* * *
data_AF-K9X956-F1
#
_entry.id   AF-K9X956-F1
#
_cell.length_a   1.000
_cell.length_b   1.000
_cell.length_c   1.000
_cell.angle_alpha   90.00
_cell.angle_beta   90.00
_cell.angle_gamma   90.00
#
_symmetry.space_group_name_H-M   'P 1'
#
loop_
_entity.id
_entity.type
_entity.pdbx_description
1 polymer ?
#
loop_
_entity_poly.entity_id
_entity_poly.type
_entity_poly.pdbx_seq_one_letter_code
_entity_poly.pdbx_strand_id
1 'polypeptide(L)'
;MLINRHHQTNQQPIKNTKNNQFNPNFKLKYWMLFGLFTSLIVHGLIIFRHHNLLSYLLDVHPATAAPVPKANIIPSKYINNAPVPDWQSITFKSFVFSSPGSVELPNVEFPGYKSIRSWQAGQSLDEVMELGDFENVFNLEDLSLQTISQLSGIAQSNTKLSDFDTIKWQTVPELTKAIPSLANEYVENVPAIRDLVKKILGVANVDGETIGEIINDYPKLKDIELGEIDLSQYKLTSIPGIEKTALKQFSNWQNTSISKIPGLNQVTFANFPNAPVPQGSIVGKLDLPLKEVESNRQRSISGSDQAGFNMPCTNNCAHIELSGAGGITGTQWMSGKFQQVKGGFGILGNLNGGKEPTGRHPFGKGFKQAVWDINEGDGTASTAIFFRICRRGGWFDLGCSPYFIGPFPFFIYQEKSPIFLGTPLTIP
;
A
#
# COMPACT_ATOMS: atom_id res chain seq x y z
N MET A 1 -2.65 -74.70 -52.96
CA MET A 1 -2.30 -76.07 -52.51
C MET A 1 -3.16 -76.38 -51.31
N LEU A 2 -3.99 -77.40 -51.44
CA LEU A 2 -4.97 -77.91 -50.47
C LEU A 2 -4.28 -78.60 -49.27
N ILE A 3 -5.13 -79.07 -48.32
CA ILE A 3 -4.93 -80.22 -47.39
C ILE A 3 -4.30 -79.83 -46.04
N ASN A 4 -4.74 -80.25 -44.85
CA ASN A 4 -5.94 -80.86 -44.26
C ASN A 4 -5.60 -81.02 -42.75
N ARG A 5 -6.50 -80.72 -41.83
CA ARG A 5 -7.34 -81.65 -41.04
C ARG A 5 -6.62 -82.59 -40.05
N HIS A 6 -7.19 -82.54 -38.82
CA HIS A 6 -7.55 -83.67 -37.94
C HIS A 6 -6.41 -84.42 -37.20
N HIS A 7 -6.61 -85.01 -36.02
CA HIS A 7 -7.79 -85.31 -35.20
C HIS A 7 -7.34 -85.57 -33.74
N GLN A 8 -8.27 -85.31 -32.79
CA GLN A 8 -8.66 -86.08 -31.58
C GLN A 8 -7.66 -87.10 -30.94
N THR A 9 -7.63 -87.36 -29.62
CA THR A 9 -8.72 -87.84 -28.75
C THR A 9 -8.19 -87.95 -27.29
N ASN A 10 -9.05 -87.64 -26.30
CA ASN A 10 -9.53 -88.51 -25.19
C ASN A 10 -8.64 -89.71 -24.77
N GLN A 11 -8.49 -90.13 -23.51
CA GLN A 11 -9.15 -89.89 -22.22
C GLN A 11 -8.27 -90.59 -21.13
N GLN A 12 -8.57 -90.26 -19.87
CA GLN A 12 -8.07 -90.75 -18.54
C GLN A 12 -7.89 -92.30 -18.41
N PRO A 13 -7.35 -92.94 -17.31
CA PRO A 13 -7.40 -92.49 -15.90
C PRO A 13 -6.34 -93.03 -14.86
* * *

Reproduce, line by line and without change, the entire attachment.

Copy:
data_AF-K9X956-F1
#
_entry.id   AF-K9X956-F1
#
_cell.length_a   1.000
_cell.length_b   1.000
_cell.length_c   1.000
_cell.angle_alpha   90.00
_cell.angle_beta   90.00
_cell.angle_gamma   90.00
#
_symmetry.space_group_name_H-M   'P 1'
#
loop_
_entity.id
_entity.type
_entity.pdbx_description
1 polymer ?
#
loop_
_entity_poly.entity_id
_entity_poly.type
_entity_poly.pdbx_seq_one_letter_code
_entity_poly.pdbx_strand_id
1 'polypeptide(L)'
;MLINRHHQTNQQPIKNTKNNQFNPNFKLKYWMLFGLFTSLIVHGLIIFRHHNLLSYLLDVHPATAAPVPKANIIPSKYINNAPVPDWQSITFKSFVFSSPGSVELPNVEFPGYKSIRSWQAGQSLDEVMELGDFENVFNLEDLSLQTISQLSGIAQSNTKLSDFDTIKWQTVPELTKAIPSLANEYVENVPAIRDLVKKILGVANVDGETIGEIINDYPKLKDIELGEIDLSQYKLTSIPGIEKTALKQFSNWQNTSISKIPGLNQVTFANFPNAPVPQGSIVGKLDLPLKEVESNRQRSISGSDQAGFNMPCTNNCAHIELSGAGGITGTQWMSGKFQQVKGGFGILGNLNGGKEPTGRHPFGKGFKQAVWDINEGDGTASTAIFFRICRRGGWFDLGCSPYFIGPFPFFIYQEKSPIFLGTPLTIP
;
A
#
# COMPACT_ATOMS: atom_id res chain seq x y z
N MET A 1 -2.65 -74.70 -52.96
CA MET A 1 -2.30 -76.07 -52.51
C MET A 1 -3.16 -76.38 -51.31
N LEU A 2 -3.99 -77.40 -51.44
CA LEU A 2 -4.97 -77.91 -50.47
C LEU A 2 -4.28 -78.60 -49.27
N ILE A 3 -5.13 -79.07 -48.32
CA ILE A 3 -4.93 -80.22 -47.39
C ILE A 3 -4.30 -79.83 -46.04
N ASN A 4 -4.74 -80.25 -44.85
CA ASN A 4 -5.94 -80.86 -44.26
C ASN A 4 -5.60 -81.02 -42.75
N ARG A 5 -6.50 -80.72 -41.83
CA ARG A 5 -7.34 -81.65 -41.04
C ARG A 5 -6.62 -82.59 -40.05
N HIS A 6 -7.19 -82.54 -38.82
CA HIS A 6 -7.55 -83.67 -37.94
C HIS A 6 -6.41 -84.42 -37.20
N HIS A 7 -6.61 -85.01 -36.02
CA HIS A 7 -7.79 -85.31 -35.20
C HIS A 7 -7.34 -85.57 -33.74
N GLN A 8 -8.27 -85.31 -32.79
CA GLN A 8 -8.66 -86.08 -31.58
C GLN A 8 -7.66 -87.10 -30.94
N THR A 9 -7.63 -87.36 -29.62
CA THR A 9 -8.72 -87.84 -28.75
C THR A 9 -8.19 -87.95 -27.29
N ASN A 10 -9.05 -87.64 -26.30
CA ASN A 10 -9.53 -88.51 -25.19
C ASN A 10 -8.64 -89.71 -24.77
N GLN A 11 -8.49 -90.13 -23.51
CA GLN A 11 -9.15 -89.89 -22.22
C GLN A 11 -8.27 -90.59 -21.13
N GLN A 12 -8.57 -90.26 -19.87
CA GLN A 12 -8.07 -90.75 -18.54
C GLN A 12 -7.89 -92.30 -18.41
N PRO A 13 -7.35 -92.94 -17.31
CA PRO A 13 -7.40 -92.49 -15.90
C PRO A 13 -6.34 -93.03 -14.86